Blackheath Halls triumphs with Mendelssohn’s Elijah

Elijah -Matthew Rose -body

Trinity Laban vocal students Susanna Buckle, Louise Fuller, Georgia Bishop, Thomas Drew and Steven East performed to great acclaim recently in Mendelssohn's Elijah, alongside the Blackheath Halls Orchestra and Chorus and with Matthew Rose in the lead role.

Emily Owen from Bachtrack said of the performance at St John's Smith Square: "The energy was never lost and the orchestra reflected the joy and positivity of the singers, which was wonderful to behold- a triumph…. The solo roles in Elijahare many and varied and these were divided evenly between the professional quartet and the Trinity Laban students. The double quartet all "He shall give his angels" in the first half really displayed the incredible musicianship of the young singers and the balance was simply lovely - an oasis of calm in the midst of the drama and action."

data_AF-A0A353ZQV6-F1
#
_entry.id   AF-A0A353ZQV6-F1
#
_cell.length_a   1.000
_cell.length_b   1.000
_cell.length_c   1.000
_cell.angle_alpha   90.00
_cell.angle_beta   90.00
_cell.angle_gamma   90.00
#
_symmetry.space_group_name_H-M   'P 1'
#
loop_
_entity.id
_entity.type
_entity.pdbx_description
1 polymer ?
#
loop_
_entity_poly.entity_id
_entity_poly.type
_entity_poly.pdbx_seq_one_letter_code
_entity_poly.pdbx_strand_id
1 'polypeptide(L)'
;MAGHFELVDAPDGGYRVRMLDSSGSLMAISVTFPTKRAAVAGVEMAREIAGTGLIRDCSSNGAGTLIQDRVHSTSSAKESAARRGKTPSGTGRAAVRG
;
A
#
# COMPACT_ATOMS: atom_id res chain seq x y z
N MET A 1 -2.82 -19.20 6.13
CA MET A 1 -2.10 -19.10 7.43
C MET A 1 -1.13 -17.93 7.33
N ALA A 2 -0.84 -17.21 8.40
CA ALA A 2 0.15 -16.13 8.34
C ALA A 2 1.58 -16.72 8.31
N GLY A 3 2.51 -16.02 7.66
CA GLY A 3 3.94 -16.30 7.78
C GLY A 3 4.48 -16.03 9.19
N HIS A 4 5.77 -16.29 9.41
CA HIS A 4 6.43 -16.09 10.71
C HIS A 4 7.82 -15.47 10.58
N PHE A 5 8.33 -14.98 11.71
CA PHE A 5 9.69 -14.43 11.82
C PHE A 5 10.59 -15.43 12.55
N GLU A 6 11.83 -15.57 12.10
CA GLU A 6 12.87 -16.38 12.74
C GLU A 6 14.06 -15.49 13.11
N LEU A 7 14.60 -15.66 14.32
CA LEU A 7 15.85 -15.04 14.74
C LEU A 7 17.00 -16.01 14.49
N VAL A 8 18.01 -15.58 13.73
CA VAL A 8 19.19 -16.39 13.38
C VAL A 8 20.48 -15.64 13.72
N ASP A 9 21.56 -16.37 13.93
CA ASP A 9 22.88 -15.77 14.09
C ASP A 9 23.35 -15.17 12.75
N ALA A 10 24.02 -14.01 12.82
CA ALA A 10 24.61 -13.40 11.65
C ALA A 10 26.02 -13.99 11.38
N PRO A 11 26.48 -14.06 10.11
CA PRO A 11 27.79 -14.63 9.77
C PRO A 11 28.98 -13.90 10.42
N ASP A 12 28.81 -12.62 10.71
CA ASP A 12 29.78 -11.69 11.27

Elijah was performed as part of the Blackheath Halls Community Engagement programme, which brought together musicians from across South East London. The Trinity Laban students shared solo parts of the performance with Matthew Rose, who also gives masterclasses at the conservatoire, and other professional vocalists.

Under the experienced baton of Edward Gardner, the balance of musicianship between students and professionals was warmly received by the audience.

Elijah is an oratorio in English written by Mendelssohn in 1846 for the Birmingham Festival. It depicts various events in the life of the Biblical prophet Elijah, taken from the books 1 Kings and 2 Kings in the Old Testament.

The piece was composed in the spirit of Mendelssohn's Baroque predecessors Bach and Handel, whose music he loved. The work is scored for four vocal soloists (bass/baritone, tenor, alto, soprano), full symphony orchestra (including trombones, ophicleide, organ) and a large chorus singing usually in four, but occasionally eight or three (women only) parts. The title role is sung by the bass/baritone

Picture - Matthew Rose as Elijah. Credit Adam Kang

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